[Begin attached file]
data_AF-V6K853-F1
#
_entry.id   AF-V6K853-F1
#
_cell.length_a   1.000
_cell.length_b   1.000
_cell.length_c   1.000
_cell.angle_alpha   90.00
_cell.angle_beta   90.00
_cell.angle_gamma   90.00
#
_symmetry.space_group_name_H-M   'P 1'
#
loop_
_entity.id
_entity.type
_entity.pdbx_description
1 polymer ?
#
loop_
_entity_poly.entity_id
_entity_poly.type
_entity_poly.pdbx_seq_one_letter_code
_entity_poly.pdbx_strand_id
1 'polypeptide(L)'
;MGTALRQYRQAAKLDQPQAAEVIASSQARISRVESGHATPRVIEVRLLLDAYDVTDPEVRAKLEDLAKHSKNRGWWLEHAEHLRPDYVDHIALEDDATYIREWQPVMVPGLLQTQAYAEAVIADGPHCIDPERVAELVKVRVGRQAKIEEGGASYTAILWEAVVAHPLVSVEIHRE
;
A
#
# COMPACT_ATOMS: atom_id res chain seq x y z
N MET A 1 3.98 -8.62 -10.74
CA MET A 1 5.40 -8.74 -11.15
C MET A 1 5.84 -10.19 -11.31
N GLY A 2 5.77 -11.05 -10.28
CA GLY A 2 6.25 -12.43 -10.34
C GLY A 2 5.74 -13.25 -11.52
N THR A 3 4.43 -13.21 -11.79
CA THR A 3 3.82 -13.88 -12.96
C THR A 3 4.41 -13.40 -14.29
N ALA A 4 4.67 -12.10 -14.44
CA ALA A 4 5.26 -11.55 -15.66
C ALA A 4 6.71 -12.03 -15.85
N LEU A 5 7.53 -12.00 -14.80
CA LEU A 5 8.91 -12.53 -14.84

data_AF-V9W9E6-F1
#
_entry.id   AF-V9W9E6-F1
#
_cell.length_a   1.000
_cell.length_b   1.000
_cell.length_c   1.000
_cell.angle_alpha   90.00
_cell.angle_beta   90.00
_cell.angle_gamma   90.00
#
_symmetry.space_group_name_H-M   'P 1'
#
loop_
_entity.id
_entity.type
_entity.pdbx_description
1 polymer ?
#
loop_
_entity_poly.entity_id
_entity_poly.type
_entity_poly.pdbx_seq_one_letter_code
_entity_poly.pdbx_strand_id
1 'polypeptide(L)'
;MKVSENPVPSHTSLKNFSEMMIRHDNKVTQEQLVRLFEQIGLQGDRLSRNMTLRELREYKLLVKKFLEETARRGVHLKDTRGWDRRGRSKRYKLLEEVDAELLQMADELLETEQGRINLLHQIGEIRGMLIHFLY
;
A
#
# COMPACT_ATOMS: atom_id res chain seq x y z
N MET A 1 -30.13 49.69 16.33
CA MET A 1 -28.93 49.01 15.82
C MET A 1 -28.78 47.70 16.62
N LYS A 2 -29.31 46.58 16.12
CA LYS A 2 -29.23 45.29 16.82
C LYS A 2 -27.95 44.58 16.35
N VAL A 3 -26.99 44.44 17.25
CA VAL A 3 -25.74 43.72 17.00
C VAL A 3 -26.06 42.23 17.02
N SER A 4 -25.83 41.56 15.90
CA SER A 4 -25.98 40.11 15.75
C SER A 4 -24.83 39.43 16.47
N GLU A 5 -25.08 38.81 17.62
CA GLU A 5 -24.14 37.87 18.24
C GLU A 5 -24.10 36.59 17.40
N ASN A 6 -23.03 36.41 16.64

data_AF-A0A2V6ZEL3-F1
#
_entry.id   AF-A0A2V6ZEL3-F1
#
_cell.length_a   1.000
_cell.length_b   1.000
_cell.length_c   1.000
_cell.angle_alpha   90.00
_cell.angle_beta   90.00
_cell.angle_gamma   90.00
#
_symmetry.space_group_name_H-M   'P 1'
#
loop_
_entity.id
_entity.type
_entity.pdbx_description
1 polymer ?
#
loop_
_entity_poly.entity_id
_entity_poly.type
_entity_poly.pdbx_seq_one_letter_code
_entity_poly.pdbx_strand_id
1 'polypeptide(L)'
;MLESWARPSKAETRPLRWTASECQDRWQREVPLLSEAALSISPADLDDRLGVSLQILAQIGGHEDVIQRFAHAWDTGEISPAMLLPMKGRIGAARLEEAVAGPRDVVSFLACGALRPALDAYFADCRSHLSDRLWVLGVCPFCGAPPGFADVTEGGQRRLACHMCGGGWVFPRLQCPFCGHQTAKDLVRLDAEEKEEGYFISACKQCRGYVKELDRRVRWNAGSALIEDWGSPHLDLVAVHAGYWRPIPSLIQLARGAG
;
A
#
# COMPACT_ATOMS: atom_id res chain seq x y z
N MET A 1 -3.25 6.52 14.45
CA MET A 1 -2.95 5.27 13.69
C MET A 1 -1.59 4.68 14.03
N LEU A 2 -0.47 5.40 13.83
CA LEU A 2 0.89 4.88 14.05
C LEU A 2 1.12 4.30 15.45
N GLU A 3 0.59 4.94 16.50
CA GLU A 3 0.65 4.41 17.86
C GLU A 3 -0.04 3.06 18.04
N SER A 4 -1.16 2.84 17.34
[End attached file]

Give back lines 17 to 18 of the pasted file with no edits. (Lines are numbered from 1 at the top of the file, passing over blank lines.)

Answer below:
_entity.pdbx_description
1 polymer ?